Citi execs feeling woozy but bankers may feel the pain
It’s been a few days since Citigroup failed the Federal Reserve’s stress test but the dust hasn’t exactly settled. In fact, the swirling winds have only picked up speed. Citi and its top executives are now facing the fire. Sadly, it may be the bank’s day-to-day staff that feels the brunt of the punishment.
While five banks officially failed the Fed’s annual stress test, aimed at assessing a firm’s ability to withstand a catastrophic economic event, Citi was the only large domestic firm to receive a failing grade, making it the headliner. The attention was compounded by the fact that Citi also failed in 2012, a brutal misstep that reportedly contributed to the ousting of Chief Executive Michael Corbat’s predecessor, Vickram Pandit. Corbat just stepped in the same bear trap, one he wasn’t ready for.
The Wall Street Journal on Friday reported that the results completely shocked Citi. Corbat himself was a half-a-world away in South Korea and had to sprint back to New York to face angry board members, employees and investors, who won’t see the dividend the bank had promised.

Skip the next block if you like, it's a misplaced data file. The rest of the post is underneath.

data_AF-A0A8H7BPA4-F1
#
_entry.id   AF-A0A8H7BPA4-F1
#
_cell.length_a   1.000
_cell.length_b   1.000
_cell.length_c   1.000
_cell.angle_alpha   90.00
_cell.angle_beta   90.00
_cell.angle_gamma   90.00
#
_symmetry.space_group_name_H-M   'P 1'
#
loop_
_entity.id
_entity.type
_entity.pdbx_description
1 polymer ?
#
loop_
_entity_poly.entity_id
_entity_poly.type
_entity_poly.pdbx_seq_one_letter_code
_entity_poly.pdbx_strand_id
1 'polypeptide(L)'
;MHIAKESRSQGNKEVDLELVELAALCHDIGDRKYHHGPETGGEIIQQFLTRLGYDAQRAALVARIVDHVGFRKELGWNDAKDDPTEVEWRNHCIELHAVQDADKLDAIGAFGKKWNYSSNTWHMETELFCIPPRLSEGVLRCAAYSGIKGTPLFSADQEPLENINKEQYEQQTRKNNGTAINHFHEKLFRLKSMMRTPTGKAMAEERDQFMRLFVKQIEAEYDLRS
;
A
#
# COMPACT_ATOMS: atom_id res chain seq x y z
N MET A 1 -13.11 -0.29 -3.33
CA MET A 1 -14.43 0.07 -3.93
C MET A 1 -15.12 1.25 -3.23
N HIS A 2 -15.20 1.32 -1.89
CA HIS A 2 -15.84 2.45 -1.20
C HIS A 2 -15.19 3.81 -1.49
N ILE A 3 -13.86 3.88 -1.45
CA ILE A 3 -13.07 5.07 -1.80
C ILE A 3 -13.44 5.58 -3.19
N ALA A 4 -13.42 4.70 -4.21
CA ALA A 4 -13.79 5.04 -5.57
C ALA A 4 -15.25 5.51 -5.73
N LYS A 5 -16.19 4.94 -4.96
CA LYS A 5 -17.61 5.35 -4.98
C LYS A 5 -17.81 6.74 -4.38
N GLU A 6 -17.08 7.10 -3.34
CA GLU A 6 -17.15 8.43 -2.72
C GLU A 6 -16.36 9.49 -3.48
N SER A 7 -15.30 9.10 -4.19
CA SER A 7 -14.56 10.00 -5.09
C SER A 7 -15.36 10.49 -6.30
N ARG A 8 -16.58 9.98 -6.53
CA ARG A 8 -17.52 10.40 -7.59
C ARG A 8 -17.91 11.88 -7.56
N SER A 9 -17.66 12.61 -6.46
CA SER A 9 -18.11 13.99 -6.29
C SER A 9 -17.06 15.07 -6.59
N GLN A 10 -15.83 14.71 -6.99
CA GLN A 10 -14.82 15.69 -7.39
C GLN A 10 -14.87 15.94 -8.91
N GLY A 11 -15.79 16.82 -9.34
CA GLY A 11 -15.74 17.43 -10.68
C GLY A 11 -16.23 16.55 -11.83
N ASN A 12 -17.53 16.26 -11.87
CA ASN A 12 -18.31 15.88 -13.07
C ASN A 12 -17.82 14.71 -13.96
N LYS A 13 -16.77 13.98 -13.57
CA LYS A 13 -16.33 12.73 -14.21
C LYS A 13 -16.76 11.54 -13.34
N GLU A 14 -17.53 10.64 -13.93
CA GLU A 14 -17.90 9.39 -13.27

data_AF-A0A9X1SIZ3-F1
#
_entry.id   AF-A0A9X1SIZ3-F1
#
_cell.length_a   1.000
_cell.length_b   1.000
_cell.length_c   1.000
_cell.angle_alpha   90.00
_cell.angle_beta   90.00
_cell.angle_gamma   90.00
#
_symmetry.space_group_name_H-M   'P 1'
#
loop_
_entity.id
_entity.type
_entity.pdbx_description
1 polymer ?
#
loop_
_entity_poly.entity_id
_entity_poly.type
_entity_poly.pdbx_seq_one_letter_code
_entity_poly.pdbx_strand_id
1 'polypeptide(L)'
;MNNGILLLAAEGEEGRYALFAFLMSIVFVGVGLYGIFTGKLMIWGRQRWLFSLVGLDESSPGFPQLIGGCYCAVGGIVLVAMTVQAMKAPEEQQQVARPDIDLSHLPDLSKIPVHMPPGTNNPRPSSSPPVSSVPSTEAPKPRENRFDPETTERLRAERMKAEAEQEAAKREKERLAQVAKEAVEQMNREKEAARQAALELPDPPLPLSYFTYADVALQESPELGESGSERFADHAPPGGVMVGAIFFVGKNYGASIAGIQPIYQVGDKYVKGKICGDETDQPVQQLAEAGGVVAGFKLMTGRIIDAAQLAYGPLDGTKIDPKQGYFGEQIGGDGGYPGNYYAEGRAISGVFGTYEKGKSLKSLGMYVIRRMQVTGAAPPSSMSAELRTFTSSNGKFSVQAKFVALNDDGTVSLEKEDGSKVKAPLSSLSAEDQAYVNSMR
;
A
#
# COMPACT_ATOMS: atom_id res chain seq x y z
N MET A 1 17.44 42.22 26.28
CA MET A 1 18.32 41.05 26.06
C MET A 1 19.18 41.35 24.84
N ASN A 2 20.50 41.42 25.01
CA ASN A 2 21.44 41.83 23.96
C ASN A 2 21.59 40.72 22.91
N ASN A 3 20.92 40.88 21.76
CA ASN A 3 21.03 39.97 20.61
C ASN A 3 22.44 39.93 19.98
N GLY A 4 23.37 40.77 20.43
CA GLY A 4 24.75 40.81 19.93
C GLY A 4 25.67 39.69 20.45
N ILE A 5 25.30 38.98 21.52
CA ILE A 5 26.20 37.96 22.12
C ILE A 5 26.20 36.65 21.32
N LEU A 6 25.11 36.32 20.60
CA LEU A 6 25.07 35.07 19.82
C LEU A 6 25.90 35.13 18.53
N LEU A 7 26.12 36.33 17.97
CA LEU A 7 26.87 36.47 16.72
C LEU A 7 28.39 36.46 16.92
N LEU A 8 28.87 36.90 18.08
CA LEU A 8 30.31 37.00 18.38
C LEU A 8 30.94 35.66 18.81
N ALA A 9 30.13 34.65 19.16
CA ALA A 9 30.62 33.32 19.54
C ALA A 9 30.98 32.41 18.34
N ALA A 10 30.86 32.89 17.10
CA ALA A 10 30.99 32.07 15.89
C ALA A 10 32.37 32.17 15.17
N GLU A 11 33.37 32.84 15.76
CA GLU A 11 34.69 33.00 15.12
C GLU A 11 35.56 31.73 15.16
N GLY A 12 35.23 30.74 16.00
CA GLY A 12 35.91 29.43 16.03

The backlash has been severe. Over the last few days, several analysts have called for the heads of Citi’s top brass, including CFO John Gerspach. The board was described to Financial Times by one insider as being “pretty pissed off.” One hedge fund manager told the Journal that he has liquidated all Citi shares after hearing the news. The stock fell 6% on Thursday and Friday.
However, all indications are that Citi’s management team is safe. That includes Corbat, Gerspach and risk head Brian Leach. After all, the board would have plenty of explaining to do if it dispatched its new leadership team after only 18 months, especially considering the coup that was needed to push Pandit out the door.
But changes will certainly be coming. They have to. Likely, Citi will need to further narrow its rather large footprint. Part of the Fed’s problem with the bank was its perceived inability to project losses around the “full range of its business activities and exposures.”
In his rather damning assessment of Citigroup, banking analyst Mike Mayo said the bank needed to “enhance expenses controls,” sell off parts of its retail business, accelerate the disposition of assets in Citi Holdings and “more aggressively retreat from low-returning markets.” None of that sounds ideal for the bank’s foot soldiers.
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